When Ron Howard’s Apollo 13 launched on June 30, 1995, I didn’t pay attention. It wasn’t until years later, when I happened upon clips of James Horner’s soundtrack and then finally saw the film itself, that I realized this was the first historical drama I ever enjoyed.

Now it’s been 20 years since the film released and 45 years since the real-life mission that failed to reach the moon but returned its three-man crew to Earth. Those anniversaries and the recent death of the film’s composer, James Horner, has me grieving a little, similar to that aching sense I feel when I ponder astronaut Jim Lovell’s (Tom Hanks) closing question:

I look up at the moon and wonder, when will we be going back, and who will that be?

Even when I hadn’t seen the film, I remember hearing the groundbreaking stories behind the story. Actors Tom Hanks and Kathleen Quinlan actually lived with the real-life Lovell family for a time. And without the benefit of CG effects such as those in Gravity to defy that natural law, Howard sent the actors up in the actual KC-135 training plane to simulate weightlessness in 23-second bursts. These experiences grounded the film in a way I haven’t seen since.

The film is Lovell’s story. His is the classic enviable mid-20th-century bio: U.S. Navy pilot, beautiful wife, middle-class family, Southern accent and work ethic. But he idolizes none of these. Instead, he is lost in the wonder of space travel. At the film’s beginning he holds his thumb against the moon to compare sizes. Later, during his ill-fated voyage, he does the same with Earth. By the end he has shared his epilogue and posed his question to himself and to viewers. “…When will we be going back [to the moon], and who will that be?”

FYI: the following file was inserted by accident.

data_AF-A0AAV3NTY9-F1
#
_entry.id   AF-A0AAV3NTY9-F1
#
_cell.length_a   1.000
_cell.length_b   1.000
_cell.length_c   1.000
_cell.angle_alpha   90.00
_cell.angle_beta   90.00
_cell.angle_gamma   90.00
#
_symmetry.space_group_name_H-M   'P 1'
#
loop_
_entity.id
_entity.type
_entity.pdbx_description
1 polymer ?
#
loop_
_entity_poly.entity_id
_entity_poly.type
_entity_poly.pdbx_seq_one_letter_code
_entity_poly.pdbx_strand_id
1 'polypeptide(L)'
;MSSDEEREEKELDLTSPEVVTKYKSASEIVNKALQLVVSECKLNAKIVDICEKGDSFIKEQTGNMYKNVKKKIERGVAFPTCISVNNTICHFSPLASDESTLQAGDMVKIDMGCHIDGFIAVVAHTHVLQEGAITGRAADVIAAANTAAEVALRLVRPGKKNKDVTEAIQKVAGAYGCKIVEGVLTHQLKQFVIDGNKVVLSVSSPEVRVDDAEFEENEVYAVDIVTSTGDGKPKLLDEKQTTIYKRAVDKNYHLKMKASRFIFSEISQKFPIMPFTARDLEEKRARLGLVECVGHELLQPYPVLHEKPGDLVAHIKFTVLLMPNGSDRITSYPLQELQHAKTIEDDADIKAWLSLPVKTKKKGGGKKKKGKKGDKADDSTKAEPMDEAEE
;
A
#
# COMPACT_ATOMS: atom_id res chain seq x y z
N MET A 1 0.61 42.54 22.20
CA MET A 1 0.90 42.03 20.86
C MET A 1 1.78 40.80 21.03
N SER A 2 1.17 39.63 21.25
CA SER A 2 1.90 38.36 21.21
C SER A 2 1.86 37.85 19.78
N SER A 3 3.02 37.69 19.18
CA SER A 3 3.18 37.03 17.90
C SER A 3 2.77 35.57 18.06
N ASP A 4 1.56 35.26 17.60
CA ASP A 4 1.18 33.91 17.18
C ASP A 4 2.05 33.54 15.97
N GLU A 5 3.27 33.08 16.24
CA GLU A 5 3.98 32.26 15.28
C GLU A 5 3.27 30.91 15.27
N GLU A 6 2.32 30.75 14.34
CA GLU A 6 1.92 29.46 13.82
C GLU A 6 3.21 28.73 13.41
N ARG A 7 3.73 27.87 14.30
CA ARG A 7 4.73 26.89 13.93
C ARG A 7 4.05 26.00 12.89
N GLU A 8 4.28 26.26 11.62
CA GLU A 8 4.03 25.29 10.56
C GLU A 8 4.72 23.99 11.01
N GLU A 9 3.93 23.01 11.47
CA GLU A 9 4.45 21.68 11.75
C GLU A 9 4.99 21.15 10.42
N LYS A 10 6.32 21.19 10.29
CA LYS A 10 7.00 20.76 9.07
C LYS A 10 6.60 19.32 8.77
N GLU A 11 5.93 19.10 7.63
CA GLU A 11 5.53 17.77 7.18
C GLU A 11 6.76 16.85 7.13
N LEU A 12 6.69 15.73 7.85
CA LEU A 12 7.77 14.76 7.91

The film showcased Americans’ boredom with the space program … and today our disinterest in space exploration is even worse.

Today the answers are the same: Not anytime soon, and likely no one alive today.

The film showcased Americans’ boredom with the space program — until astronauts’ lives were at risk — and today our disinterest in space exploration is even worse. As a Christian, this renews in me a groaning for lost opportunities but even more for a lost paradise.

I also ask what the film’s Lovell left unasked: If we’re refusing to go back, why is that?

Reason 1: We are fallen. Lovell was part of the crew who read, on Christmas Eve during the Apollo 8 mission, Genesis 1’s account of God’s creation. But we are broken reflections of what God created. We are fallen. That means we want to exalt ourselves above God. Instead of wanting to bear and reflect the fire of His glory, we crave to steal the fire from His heaven.

That also means we reject or abuse God’s order to fill the earth with His glory by creating culture (Gen. 1:26-28). Do we suspect that if Adam and Eve had never rebelled against God, they and their children would have stayed in the Garden forever, naked and bored? Perish the thought. Instead for years and decades and centuries they would have made culture: clothes, travel, agriculture, architecture, stories, songs, games, science, technology. They would have built engines and ships. Later, they would have spread God’s glory to the stars.

Reason 2: Now violent creation is punishing our cultures. If humans had not sinned, the heaven of space would not be our enemy. This heaven could have been as the medievalists imagined it: a spiritual realm of æther in which musical spheres floated between earth and God’s dwelling place. Now space is a cold vacuum. Its music has been turned to groaning.

In real-world space, one bad O-ring, one damaged coil, and purging flames blast us back into dust.

And in our stories, outer space is not populated by singing heavenlies. It becomes a killing field of humans versus nature, technological breakdown, insanity, and invading demons.